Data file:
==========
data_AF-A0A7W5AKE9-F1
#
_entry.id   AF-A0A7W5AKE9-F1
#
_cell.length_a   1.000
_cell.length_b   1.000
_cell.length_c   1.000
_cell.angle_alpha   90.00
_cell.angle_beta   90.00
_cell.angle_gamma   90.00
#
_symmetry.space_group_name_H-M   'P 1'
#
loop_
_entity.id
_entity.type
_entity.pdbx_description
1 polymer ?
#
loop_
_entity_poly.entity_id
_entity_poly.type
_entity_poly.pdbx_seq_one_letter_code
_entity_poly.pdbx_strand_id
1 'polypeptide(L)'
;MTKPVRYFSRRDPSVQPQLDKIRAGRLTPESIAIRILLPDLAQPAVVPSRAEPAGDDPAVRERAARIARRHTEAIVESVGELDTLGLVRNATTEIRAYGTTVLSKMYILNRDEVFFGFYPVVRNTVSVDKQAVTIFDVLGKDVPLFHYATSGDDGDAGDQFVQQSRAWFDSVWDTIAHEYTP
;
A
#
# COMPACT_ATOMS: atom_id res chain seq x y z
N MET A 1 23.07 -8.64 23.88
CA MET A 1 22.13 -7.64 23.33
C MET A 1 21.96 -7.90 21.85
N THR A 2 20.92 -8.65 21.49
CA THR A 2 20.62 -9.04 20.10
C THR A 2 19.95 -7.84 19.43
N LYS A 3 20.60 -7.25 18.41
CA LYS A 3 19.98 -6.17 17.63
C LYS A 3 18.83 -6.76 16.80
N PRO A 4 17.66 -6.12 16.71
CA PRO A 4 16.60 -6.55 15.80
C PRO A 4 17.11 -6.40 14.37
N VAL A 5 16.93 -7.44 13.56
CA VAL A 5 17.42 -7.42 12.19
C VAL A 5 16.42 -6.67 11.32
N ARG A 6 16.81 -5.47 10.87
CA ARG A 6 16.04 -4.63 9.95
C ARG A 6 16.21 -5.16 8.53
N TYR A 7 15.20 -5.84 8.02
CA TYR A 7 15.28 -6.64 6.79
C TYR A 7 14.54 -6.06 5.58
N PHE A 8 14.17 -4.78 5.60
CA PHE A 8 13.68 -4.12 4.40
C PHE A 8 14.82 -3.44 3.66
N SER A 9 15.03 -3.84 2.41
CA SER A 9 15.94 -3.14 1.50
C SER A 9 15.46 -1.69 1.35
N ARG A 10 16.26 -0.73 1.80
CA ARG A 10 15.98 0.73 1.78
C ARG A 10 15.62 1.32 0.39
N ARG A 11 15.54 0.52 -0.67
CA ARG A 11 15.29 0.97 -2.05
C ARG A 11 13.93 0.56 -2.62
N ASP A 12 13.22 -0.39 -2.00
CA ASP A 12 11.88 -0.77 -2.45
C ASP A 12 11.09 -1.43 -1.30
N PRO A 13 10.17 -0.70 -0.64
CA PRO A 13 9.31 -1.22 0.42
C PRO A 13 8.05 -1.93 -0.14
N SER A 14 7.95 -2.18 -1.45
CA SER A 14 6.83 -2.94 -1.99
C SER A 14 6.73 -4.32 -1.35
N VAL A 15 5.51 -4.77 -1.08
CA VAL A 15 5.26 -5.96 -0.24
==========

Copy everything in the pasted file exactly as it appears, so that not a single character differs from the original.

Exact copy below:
data_AF-A0A7W5AKE9-F1
#
_entry.id   AF-A0A7W5AKE9-F1
#
_cell.length_a   1.000
_cell.length_b   1.000
_cell.length_c   1.000
_cell.angle_alpha   90.00
_cell.angle_beta   90.00
_cell.angle_gamma   90.00
#
_symmetry.space_group_name_H-M   'P 1'
#
loop_
_entity.id
_entity.type
_entity.pdbx_description
1 polymer ?
#
loop_
_entity_poly.entity_id
_entity_poly.type
_entity_poly.pdbx_seq_one_letter_code
_entity_poly.pdbx_strand_id
1 'polypeptide(L)'
;MTKPVRYFSRRDPSVQPQLDKIRAGRLTPESIAIRILLPDLAQPAVVPSRAEPAGDDPAVRERAARIARRHTEAIVESVGELDTLGLVRNATTEIRAYGTTVLSKMYILNRDEVFFGFYPVVRNTVSVDKQAVTIFDVLGKDVPLFHYATSGDDGDAGDQFVQQSRAWFDSVWDTIAHEYTP
;
A
#
# COMPACT_ATOMS: atom_id res chain seq x y z
N MET A 1 23.07 -8.64 23.88
CA MET A 1 22.13 -7.64 23.33
C MET A 1 21.96 -7.90 21.85
N THR A 2 20.92 -8.65 21.49
CA THR A 2 20.62 -9.04 20.10
C THR A 2 19.95 -7.84 19.43
N LYS A 3 20.60 -7.25 18.41
CA LYS A 3 19.98 -6.17 17.63
C LYS A 3 18.83 -6.76 16.80
N PRO A 4 17.66 -6.12 16.71
CA PRO A 4 16.60 -6.55 15.80
C PRO A 4 17.11 -6.40 14.37
N VAL A 5 16.93 -7.44 13.56
CA VAL A 5 17.42 -7.42 12.19
C VAL A 5 16.42 -6.67 11.32
N ARG A 6 16.81 -5.47 10.87
CA ARG A 6 16.04 -4.63 9.95
C ARG A 6 16.21 -5.16 8.53
N TYR A 7 15.20 -5.84 8.02
CA TYR A 7 15.28 -6.64 6.79
C TYR A 7 14.54 -6.06 5.58
N PHE A 8 14.17 -4.78 5.60
CA PHE A 8 13.68 -4.12 4.40
C PHE A 8 14.82 -3.44 3.66
N SER A 9 15.03 -3.84 2.41
CA SER A 9 15.94 -3.14 1.50
C SER A 9 15.46 -1.69 1.35
N ARG A 10 16.26 -0.73 1.80
CA ARG A 10 15.98 0.73 1.78
C ARG A 10 15.62 1.32 0.39
N ARG A 11 15.54 0.52 -0.67
CA ARG A 11 15.29 0.97 -2.05
C ARG A 11 13.93 0.56 -2.62
N ASP A 12 13.22 -0.39 -2.00
CA ASP A 12 11.88 -0.77 -2.45
C ASP A 12 11.09 -1.43 -1.30
N PRO A 13 10.17 -0.70 -0.64
CA PRO A 13 9.31 -1.22 0.42
C PRO A 13 8.05 -1.93 -0.14
N SER A 14 7.95 -2.18 -1.45
CA SER A 14 6.83 -2.94 -1.99
C SER A 14 6.73 -4.32 -1.35
N VAL A 15 5.51 -4.77 -1.08
CA VAL A 15 5.26 -5.96 -0.24